Hamlin was supposed to get out of the car in his return race at Phoenix after knee surgery three years ago. But he stuck it out to prove something to his team because he was injured playing basketball and felt he owed it to his crew to fight through the pain.
"I felt like I had put my team in a very bad spot by getting hurt outside of racing," he said. "I stayed in to tell them basically that I was sorry and I was going to do whatever I could for them. That hurt worse than what this does in the race car."
There's no pain this time around, he said, and the only discomfort is when he actually gets out of the car. To alleviate that, the Joe Gibbs Racing team has taken the option of using a roof hatch and Hamlin is using it to exit the car.
He practiced the driver exchange with Vickers on Friday and twice did it in just over a minute — fast enough to ensure the car would remain on the lead lap if they swapped under caution.
Hamlin now goes forward this week balancing risk versus reward and the challenge ahead. He's currently 28th in the standings and needs to climb to 20th in the Sprint Cup standings to be eligible to claim one of two wild-card slots in the Chase for the Sprint Cup championship.
He'll earn the points Sunday if he starts the race.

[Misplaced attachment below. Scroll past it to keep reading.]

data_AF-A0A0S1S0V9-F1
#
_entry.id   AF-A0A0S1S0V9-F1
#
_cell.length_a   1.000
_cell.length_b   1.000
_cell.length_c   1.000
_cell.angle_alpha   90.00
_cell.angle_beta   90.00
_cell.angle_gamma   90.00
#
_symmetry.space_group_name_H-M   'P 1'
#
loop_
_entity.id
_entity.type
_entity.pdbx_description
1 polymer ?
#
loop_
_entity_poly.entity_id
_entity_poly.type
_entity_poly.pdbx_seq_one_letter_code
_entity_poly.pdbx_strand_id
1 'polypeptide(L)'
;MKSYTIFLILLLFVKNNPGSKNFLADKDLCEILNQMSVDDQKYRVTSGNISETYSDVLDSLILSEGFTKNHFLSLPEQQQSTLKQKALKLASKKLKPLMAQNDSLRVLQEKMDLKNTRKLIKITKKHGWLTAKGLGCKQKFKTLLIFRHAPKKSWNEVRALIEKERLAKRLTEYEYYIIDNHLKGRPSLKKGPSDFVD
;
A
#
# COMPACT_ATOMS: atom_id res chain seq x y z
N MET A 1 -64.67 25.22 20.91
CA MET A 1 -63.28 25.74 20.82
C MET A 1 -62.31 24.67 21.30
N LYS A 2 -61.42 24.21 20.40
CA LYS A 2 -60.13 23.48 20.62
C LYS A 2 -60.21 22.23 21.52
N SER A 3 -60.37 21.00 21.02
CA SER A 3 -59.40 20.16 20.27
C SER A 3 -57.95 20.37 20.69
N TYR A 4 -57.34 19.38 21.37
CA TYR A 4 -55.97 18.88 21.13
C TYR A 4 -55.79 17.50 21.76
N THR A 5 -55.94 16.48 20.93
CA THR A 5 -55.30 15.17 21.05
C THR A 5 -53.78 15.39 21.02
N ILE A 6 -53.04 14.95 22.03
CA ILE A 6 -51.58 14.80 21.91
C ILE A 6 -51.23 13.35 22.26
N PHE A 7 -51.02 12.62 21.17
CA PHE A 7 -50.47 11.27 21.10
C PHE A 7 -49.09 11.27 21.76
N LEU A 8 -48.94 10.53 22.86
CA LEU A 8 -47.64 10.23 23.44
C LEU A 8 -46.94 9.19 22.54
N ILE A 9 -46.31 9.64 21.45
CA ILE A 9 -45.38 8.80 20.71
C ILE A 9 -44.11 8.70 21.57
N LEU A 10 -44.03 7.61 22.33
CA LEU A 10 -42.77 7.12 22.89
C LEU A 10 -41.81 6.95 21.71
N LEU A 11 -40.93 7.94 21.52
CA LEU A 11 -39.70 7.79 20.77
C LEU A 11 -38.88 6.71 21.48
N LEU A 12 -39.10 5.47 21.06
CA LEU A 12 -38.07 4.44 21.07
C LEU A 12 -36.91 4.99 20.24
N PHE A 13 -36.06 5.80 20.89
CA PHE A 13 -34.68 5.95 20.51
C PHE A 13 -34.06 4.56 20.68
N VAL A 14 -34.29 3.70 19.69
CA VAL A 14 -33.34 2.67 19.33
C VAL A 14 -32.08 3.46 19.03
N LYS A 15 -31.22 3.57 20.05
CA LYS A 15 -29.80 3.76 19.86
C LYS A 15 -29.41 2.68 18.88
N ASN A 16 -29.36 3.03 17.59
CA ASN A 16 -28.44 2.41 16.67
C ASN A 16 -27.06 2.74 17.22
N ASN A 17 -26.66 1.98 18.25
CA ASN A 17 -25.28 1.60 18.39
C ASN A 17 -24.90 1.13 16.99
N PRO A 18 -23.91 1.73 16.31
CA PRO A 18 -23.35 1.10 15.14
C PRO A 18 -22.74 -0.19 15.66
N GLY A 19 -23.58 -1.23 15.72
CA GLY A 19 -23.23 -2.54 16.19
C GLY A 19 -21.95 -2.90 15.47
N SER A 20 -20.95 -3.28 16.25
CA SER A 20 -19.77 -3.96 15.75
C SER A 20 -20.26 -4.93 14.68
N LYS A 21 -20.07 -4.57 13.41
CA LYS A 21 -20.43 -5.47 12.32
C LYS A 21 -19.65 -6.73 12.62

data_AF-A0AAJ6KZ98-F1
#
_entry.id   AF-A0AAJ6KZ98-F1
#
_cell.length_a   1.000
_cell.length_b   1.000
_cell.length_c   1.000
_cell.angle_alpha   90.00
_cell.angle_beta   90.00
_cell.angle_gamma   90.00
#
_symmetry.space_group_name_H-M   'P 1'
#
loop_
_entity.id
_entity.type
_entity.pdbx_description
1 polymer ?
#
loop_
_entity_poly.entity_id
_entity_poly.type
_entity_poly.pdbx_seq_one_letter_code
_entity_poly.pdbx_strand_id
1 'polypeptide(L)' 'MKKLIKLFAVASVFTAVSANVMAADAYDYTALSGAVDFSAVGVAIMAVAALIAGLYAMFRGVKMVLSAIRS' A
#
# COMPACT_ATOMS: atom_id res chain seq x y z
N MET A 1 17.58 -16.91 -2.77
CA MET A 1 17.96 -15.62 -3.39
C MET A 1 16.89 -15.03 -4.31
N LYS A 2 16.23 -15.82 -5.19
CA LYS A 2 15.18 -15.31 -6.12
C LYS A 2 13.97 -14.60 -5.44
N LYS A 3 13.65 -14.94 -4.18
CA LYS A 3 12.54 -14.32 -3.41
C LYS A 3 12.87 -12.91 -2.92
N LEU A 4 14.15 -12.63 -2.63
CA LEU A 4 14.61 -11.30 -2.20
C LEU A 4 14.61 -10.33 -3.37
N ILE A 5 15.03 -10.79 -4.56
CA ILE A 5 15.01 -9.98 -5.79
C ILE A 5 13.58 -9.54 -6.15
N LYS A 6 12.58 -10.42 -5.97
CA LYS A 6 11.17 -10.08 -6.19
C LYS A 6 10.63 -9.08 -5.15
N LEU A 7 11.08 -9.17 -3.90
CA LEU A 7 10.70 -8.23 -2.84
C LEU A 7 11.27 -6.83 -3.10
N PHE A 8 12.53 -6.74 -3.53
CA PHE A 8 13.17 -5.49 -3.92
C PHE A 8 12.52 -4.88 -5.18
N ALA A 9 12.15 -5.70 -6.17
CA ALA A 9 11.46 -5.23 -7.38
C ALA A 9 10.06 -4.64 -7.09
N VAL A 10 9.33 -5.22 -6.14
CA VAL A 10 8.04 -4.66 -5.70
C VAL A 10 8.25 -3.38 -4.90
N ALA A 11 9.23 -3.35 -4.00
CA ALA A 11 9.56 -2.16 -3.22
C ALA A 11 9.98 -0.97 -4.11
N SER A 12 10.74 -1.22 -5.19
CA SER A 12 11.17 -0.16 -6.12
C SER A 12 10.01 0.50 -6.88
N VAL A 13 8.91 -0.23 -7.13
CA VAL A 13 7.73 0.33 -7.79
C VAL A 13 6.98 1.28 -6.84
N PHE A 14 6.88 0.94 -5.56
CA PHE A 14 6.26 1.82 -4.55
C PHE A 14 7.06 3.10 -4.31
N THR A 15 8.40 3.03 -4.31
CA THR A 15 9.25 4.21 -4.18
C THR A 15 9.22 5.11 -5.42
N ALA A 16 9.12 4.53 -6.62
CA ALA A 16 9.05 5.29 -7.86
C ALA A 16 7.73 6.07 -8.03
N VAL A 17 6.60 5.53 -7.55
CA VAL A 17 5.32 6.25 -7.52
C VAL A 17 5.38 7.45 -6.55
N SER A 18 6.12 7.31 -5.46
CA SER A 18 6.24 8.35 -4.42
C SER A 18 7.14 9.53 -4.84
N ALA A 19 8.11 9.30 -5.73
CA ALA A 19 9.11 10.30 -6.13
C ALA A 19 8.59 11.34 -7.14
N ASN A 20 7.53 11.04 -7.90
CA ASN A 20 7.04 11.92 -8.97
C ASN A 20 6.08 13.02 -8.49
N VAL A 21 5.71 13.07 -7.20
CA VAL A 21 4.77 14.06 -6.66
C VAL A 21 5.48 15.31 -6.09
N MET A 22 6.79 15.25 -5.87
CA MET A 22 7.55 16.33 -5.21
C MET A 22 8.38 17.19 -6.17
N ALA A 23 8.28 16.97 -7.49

"We're going to have to make a big, big run if we're going to be part of the postseason," he said. "Our Chase has to start right now. We have to perform each week like it's a Chase race and do everything we can to get wins. If we don't win, it doesn't matter."
But there is a risk, he admitted.
"I don't know the exact science, and no one knows the exact percentages. That's what makes this really, really hard," he said. "But, as far as I've been told, I understand it would take such a significant hit that you probably would be injured from it even if you were 100 percent healthy. I've got to let the doctors speak for that a little bit more than me because I don't know the risks exactly and neither do they. We're just trying to buy myself another week obviously until Darlington, but the risk is so minimal that it's almost not even there."